China to review major capital projects



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China has ordered an urgent nationwide review of major capital projects, in a bid to weed out illegal projects to slow down investment and avoid an overheating economy.
A document jointly issued by the National Development and Reform Commission, the Ministry of Land and Resources and three other central departments has ordered cross-checks on all capital projects with an investment of over 100 million yuan (12.5 million U.S. dollars) that were started in the first half of this year.
The projects will be examined to see whether they are in compliance with government's industrial policy, or have been duly approved by authorities.
Investors will also have to prove that they have acquired their land or bank loans in accordance with set rules, and that the feasibility reports and environmental impact assessments have been properly done and approved.
Figures from the National Bureau of Statistics (NBS) show China's urban fixed asset investment surged 31.3 percent in the first half year, the highest for such a period in three years. Planned investments in new projects soared by over 50 percent in eight provinces.
A survey of major capital projects in some regions revealed that 40 percent of the projects were illegal in some aspect.
Determined to prevent the economy from overheating, the government is cracking down on investors and local governments acting illegally.
The new document names steel, electrolyte aluminum, charcoal, automobiles, cement, electricity, textile and other industries as the main targets of the nationwide review.
It will be coordinated by local reform and development commissions, and involve authorities in land supervision, environmental protection, industrial safety, and banking.
Projects with problems would be stopped and allowed to resume only after the problems had been rectified, the document said.


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Hi Lane,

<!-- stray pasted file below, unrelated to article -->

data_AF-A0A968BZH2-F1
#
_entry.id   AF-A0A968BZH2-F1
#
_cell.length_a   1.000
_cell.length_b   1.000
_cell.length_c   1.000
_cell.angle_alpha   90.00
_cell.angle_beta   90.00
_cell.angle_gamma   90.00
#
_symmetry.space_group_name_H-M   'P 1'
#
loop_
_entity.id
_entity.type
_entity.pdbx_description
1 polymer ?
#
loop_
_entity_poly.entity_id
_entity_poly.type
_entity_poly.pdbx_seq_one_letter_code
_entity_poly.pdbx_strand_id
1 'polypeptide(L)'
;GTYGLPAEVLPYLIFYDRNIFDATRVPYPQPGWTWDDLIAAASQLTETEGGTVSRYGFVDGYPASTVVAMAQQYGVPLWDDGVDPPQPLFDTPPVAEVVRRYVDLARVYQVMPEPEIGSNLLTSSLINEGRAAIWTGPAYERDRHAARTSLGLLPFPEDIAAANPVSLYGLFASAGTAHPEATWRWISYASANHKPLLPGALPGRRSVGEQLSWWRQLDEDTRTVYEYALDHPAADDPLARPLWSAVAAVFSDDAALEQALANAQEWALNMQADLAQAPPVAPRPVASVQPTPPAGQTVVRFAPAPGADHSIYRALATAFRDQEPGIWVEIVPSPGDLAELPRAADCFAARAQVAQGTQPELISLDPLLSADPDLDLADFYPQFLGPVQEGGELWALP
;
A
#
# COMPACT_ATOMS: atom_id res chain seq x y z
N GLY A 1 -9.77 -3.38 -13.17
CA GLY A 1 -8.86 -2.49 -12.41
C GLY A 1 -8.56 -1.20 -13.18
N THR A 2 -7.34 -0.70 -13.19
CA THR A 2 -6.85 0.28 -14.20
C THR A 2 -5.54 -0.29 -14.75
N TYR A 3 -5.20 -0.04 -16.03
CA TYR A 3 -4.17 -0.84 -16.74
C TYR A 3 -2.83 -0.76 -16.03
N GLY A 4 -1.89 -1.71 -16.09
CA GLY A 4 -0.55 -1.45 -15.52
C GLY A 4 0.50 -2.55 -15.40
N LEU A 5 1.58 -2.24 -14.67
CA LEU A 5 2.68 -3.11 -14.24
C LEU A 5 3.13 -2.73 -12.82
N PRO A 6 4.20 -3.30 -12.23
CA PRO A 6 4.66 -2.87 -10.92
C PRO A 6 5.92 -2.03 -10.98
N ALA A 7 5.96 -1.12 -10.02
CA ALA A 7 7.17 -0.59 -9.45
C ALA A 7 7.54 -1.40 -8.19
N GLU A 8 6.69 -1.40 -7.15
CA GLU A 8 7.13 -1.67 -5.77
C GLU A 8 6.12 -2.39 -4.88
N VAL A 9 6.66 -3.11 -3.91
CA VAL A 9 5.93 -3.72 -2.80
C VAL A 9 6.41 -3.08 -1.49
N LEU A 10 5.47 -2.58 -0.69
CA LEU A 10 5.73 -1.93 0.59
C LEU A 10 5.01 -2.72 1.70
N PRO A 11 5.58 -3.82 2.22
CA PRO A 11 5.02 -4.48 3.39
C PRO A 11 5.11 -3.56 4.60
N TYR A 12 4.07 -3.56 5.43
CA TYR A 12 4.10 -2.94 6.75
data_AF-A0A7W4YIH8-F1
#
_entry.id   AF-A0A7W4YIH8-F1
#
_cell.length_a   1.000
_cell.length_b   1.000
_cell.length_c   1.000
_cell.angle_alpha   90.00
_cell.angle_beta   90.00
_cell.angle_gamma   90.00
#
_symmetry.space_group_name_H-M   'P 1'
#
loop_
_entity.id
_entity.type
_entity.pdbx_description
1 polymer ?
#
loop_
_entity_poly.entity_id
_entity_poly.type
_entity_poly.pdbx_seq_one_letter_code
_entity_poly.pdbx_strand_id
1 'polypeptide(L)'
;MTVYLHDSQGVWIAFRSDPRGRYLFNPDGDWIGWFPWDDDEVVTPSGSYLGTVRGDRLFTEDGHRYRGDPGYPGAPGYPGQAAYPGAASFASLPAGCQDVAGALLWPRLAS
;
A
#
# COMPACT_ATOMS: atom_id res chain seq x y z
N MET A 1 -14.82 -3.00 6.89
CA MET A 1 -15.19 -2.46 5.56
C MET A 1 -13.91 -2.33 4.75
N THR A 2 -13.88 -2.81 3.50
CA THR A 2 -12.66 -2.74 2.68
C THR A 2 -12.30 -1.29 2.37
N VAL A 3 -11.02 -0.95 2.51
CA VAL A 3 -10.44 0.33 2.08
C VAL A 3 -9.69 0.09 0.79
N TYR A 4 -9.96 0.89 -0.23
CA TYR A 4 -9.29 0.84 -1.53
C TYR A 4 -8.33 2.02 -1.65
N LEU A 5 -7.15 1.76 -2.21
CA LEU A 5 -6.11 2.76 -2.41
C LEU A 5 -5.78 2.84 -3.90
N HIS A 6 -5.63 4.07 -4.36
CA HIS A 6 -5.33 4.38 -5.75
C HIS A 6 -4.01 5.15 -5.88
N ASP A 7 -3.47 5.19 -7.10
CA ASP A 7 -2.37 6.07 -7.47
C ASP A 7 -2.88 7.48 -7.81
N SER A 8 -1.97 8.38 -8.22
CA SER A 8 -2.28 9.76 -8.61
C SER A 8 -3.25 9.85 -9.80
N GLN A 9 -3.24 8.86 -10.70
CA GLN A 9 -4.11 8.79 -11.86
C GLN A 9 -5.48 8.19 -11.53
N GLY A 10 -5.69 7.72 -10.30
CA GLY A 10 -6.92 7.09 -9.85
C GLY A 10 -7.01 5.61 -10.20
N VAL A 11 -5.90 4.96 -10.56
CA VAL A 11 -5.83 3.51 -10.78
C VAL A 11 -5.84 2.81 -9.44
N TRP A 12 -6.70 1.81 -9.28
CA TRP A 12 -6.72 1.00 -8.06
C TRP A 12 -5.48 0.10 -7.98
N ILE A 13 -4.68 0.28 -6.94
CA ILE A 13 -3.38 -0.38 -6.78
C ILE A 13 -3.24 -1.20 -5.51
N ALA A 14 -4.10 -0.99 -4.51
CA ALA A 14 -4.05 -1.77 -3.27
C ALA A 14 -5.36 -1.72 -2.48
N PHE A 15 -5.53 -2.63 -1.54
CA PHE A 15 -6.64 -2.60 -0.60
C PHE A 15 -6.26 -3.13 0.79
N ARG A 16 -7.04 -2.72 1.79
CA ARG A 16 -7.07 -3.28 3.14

In a bid to curb overheated investment, the State Council has given local governments one month to report new industrial projects that have been approved against national rules.
The ultimatum aims to halt some projects that fail to meet industry policies, land and credit approval procedures and environmental regulations, said Zhang Zhiqiang, a senior official in charge of fixed-assets investment with the National Development and Reform Commission (NDRC),the top economic planner.
The commission on Friday unveiled the central government circular, which ordered local authorities to self-examine projects launched between January and June. Local authorities should report their final results by the end of August.
"We are going to punish those involved in malpractices," said Zhang, deputy director of the commission's Department of Fixed Assets Investment.
Zhang said that projects with overseas investment should also be examined as domestic ones.
According to the circular, the review covers every project with an investment of more than 100 million yuan (US$12.5 million). For steel mills, cement factories, vehicle assembly plants, power stations and aluminum smelters, the benchmark is 30 million yuan (US$3.7 million).
NDRC spokesman Han Yongwen said excessive investment in fixed assets remains a large problem for the economy.
Nearly 100,000 new projects began in the first six months of this year, 20,000 more than during the same period last year. The investment spree pushed China's economy to grow by 10.9 per cent during the period, the highest rate since 1995.
The sizzling investment rise has resulted in excessive use of land and credit loans. Government figures showed that loans reached 2.14 trillion yuan (US$268 billion) in the first half, accounting for 85.7 per cent of the government's whole-year budget.
A sample survey by the commission also found 40 per cent of the new projects have violated regulations on land use, environmental impact assessment or approval procedures.
In the meantime, although the government planned to cut energy consumption per unit of GDP by 4 per cent from that of 2005, the actual figure rose by 0.8 per cent in the first half of the year.
The central government is worried about the fast growth and rising energy use, with Premier Wen Jiabao recently urging all local governments and officials to "unify thinking and action" in curbing the trend.
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